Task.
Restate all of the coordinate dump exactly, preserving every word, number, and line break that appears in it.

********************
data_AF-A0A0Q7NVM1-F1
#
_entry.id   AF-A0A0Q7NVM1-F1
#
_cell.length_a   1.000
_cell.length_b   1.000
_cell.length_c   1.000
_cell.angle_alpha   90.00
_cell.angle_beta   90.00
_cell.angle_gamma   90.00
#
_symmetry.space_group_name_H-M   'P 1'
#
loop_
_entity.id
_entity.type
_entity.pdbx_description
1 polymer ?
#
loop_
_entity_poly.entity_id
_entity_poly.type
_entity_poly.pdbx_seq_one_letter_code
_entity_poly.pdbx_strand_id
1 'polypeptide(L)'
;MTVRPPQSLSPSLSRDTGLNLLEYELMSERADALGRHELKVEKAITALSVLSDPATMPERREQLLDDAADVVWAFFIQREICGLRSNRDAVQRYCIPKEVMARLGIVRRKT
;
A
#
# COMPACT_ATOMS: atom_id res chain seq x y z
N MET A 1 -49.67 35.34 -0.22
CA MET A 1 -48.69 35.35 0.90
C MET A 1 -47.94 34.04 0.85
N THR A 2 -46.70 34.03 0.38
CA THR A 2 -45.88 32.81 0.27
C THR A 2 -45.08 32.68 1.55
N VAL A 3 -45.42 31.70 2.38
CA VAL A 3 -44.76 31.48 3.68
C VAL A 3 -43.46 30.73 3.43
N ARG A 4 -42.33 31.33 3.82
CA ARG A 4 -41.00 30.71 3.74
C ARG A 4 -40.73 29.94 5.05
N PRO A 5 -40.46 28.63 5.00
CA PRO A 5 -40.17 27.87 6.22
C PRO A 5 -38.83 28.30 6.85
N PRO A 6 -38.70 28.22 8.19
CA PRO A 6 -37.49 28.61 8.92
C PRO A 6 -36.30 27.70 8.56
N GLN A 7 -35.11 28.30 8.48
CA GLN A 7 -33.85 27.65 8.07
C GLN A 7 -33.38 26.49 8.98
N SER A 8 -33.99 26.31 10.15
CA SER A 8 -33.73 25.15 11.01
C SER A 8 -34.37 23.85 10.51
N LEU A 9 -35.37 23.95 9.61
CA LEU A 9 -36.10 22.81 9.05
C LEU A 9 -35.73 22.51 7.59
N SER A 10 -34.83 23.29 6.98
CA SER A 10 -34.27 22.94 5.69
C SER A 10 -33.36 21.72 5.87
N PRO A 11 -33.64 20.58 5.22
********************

data_AF-A0A0Q7NVM1-F1
#
_entry.id   AF-A0A0Q7NVM1-F1
#
_cell.length_a   1.000
_cell.length_b   1.000
_cell.length_c   1.000
_cell.angle_alpha   90.00
_cell.angle_beta   90.00
_cell.angle_gamma   90.00
#
_symmetry.space_group_name_H-M   'P 1'
#
loop_
_entity.id
_entity.type
_entity.pdbx_description
1 polymer ?
#
loop_
_entity_poly.entity_id
_entity_poly.type
_entity_poly.pdbx_seq_one_letter_code
_entity_poly.pdbx_strand_id
1 'polypeptide(L)'
;MTVRPPQSLSPSLSRDTGLNLLEYELMSERADALGRHELKVEKAITALSVLSDPATMPERREQLLDDAADVVWAFFIQREICGLRSNRDAVQRYCIPKEVMARLGIVRRKT
;
A
#
# COMPACT_ATOMS: atom_id res chain seq x y z
N MET A 1 -49.67 35.34 -0.22
CA MET A 1 -48.69 35.35 0.90
C MET A 1 -47.94 34.04 0.85
N THR A 2 -46.70 34.03 0.38
CA THR A 2 -45.88 32.81 0.27
C THR A 2 -45.08 32.68 1.55
N VAL A 3 -45.42 31.70 2.38
CA VAL A 3 -44.76 31.48 3.68
C VAL A 3 -43.46 30.73 3.43
N ARG A 4 -42.33 31.33 3.82
CA ARG A 4 -41.00 30.71 3.74
C ARG A 4 -40.73 29.94 5.05
N PRO A 5 -40.46 28.63 5.00
CA PRO A 5 -40.17 27.87 6.22
C PRO A 5 -38.83 28.30 6.85
N PRO A 6 -38.70 28.22 8.19
CA PRO A 6 -37.49 28.61 8.92
C PRO A 6 -36.30 27.70 8.56
N GLN A 7 -35.11 28.30 8.48
CA GLN A 7 -33.85 27.65 8.07
C GLN A 7 -33.38 26.49 8.98
N SER A 8 -33.99 26.31 10.15
CA SER A 8 -33.73 25.15 11.01
C SER A 8 -34.37 23.85 10.51
N LEU A 9 -35.37 23.95 9.61
CA LEU A 9 -36.10 22.81 9.05
C LEU A 9 -35.73 22.51 7.59
N SER A 10 -34.83 23.29 6.98
CA SER A 10 -34.27 22.94 5.69
C SER A 10 -33.36 21.72 5.87
N PRO A 11 -33.64 20.58 5.22